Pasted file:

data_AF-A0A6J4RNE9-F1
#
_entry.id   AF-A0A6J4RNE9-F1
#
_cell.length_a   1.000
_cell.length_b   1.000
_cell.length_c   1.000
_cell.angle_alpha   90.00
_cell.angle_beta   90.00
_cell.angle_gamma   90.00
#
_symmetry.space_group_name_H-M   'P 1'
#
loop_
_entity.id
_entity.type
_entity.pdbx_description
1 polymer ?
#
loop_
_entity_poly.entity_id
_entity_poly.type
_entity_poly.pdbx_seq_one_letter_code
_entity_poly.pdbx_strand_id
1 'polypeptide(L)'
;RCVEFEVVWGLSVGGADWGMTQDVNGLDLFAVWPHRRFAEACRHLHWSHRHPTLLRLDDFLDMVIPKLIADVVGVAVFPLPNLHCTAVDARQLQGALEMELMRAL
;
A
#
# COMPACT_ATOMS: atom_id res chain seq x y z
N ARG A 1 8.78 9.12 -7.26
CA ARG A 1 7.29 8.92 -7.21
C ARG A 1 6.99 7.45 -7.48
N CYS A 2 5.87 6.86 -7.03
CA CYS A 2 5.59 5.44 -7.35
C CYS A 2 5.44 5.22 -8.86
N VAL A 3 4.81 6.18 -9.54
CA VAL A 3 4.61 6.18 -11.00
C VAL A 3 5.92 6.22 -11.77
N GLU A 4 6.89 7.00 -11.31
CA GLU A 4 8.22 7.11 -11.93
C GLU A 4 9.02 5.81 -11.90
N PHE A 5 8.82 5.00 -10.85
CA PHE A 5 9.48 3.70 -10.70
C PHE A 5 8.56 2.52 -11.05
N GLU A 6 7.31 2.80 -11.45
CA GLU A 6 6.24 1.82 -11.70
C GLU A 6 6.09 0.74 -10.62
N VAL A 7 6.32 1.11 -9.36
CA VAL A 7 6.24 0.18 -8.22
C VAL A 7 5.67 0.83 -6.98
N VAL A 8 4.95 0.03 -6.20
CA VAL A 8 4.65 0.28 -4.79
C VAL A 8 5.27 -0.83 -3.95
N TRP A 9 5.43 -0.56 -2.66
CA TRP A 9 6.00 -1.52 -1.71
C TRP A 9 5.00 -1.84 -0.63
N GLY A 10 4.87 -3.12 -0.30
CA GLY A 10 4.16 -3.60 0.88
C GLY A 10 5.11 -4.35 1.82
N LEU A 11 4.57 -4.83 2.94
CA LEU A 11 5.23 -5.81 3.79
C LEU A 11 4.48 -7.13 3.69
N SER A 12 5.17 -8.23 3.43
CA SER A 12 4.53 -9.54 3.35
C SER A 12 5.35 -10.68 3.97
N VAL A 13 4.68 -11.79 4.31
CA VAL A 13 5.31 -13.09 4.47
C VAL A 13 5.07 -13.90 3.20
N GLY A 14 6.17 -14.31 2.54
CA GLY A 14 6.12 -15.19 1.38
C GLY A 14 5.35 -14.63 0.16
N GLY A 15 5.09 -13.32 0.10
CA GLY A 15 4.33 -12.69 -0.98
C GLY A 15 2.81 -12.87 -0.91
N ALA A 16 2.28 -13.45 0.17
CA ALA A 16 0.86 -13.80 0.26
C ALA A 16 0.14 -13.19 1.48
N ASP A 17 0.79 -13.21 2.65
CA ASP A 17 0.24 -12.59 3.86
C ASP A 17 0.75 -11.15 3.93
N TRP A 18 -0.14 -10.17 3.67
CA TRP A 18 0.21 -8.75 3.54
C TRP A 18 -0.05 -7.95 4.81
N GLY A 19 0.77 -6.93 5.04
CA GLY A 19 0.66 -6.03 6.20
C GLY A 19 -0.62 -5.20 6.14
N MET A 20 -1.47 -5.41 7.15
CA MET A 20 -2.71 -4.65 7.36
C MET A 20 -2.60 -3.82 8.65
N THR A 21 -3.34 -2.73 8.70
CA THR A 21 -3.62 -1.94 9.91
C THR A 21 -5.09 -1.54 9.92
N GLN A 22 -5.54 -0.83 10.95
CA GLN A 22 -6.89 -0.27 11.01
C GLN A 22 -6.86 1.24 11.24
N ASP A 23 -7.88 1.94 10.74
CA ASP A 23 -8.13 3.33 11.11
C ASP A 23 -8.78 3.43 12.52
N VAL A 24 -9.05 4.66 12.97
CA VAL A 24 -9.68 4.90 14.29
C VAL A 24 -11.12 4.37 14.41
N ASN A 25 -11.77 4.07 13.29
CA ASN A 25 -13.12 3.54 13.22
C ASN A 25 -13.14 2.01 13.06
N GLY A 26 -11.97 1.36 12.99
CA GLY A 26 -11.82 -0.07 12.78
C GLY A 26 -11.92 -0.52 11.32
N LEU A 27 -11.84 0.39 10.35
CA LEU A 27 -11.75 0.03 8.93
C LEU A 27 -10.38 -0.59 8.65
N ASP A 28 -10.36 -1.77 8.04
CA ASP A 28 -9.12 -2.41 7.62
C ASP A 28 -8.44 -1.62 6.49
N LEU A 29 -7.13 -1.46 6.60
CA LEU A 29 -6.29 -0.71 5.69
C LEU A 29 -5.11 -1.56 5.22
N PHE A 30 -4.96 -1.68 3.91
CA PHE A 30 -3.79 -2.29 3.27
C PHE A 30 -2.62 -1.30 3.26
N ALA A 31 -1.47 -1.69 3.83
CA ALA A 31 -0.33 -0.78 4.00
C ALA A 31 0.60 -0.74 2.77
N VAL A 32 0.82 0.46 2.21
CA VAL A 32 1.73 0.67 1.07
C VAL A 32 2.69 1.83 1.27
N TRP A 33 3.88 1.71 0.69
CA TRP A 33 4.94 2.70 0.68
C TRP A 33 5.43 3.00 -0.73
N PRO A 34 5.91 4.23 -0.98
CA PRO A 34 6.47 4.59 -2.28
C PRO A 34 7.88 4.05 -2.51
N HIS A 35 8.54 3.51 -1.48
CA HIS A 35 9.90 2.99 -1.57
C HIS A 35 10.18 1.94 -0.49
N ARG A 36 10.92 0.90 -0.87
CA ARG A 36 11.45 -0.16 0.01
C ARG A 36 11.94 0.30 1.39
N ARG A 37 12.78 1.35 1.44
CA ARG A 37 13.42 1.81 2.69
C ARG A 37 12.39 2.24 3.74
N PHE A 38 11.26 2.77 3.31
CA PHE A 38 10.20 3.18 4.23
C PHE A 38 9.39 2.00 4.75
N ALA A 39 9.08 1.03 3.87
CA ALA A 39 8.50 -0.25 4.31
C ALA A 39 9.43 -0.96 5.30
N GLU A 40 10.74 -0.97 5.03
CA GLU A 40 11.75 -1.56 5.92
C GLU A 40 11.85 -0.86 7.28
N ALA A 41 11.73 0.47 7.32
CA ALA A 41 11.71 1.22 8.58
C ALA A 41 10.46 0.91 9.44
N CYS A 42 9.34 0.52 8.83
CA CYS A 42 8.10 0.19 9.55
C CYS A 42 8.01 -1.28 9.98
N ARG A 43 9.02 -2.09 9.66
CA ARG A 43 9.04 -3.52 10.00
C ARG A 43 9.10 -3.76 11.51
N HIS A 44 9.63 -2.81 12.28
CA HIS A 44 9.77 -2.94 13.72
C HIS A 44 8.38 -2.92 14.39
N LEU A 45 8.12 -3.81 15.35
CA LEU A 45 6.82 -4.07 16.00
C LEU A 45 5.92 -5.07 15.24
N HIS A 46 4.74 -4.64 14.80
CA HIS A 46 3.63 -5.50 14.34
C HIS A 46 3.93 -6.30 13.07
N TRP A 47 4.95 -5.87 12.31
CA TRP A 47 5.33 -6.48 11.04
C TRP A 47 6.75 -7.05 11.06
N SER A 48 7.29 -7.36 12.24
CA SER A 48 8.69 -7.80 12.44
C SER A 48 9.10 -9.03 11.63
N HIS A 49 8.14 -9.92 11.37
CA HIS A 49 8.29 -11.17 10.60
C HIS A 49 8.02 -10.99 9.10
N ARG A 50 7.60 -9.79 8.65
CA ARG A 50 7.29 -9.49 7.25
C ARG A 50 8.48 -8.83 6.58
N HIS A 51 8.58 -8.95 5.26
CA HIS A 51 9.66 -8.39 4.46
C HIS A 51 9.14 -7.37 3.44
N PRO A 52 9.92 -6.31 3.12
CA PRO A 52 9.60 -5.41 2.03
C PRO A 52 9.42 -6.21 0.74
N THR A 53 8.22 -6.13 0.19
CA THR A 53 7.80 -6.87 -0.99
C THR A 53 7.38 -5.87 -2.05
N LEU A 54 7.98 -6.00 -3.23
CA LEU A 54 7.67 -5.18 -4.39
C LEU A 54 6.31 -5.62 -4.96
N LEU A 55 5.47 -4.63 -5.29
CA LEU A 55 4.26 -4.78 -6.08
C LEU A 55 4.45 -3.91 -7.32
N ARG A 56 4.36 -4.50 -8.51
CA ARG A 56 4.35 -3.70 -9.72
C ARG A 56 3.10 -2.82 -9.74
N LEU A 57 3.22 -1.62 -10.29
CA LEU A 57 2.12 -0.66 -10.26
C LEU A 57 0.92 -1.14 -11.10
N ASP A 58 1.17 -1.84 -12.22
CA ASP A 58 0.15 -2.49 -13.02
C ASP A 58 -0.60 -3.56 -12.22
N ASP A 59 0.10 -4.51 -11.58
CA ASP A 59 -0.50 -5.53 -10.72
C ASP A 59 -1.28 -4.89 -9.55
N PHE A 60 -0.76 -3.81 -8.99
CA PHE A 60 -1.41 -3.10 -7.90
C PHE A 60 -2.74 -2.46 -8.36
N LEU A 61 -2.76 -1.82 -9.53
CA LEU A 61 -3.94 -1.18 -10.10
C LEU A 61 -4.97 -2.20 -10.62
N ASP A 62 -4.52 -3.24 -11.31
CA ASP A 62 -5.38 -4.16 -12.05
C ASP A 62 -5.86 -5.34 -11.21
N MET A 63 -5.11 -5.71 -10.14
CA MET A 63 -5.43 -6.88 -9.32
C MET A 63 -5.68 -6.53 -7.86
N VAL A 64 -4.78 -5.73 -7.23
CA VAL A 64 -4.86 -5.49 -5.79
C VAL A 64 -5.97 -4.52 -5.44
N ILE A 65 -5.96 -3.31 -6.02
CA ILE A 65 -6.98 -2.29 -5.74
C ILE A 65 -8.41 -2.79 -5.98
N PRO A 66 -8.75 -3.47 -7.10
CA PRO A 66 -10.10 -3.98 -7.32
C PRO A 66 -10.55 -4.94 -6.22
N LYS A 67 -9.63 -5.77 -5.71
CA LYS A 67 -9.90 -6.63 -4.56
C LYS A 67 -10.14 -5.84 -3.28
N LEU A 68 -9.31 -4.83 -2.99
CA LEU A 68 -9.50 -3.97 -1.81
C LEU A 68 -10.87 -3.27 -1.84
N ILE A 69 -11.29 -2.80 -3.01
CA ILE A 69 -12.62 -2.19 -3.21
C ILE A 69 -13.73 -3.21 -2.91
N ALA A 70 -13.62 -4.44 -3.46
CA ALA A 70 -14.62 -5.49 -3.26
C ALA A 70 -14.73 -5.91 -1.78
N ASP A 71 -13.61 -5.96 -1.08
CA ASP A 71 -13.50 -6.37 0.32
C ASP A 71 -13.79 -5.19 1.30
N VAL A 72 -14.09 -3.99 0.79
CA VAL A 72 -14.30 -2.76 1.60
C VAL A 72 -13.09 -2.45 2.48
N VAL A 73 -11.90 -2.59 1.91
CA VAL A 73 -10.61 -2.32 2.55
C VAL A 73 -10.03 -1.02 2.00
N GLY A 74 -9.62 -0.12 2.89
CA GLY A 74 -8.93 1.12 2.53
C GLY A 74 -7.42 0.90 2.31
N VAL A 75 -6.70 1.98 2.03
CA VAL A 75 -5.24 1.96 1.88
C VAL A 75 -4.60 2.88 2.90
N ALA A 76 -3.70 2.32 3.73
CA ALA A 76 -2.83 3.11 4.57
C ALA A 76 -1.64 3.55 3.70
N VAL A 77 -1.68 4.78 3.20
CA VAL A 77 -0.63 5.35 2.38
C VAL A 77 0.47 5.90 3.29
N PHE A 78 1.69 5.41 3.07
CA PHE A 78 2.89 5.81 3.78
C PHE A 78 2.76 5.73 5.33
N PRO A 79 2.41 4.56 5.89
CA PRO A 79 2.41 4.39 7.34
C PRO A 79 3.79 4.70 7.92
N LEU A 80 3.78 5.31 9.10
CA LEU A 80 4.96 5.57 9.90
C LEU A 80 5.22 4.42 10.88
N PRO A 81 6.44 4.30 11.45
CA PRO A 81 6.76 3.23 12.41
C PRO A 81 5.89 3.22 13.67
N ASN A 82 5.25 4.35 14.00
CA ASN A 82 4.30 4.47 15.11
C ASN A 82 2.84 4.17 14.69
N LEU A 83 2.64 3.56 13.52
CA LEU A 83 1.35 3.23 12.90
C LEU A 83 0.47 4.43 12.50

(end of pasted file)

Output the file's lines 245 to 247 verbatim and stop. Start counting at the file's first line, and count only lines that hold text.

CA VAL A 72 -14.30 -2.76 1.60
C VAL A 72 -13.09 -2.45 2.48
N VAL A 73 -11.90 -2.59 1.91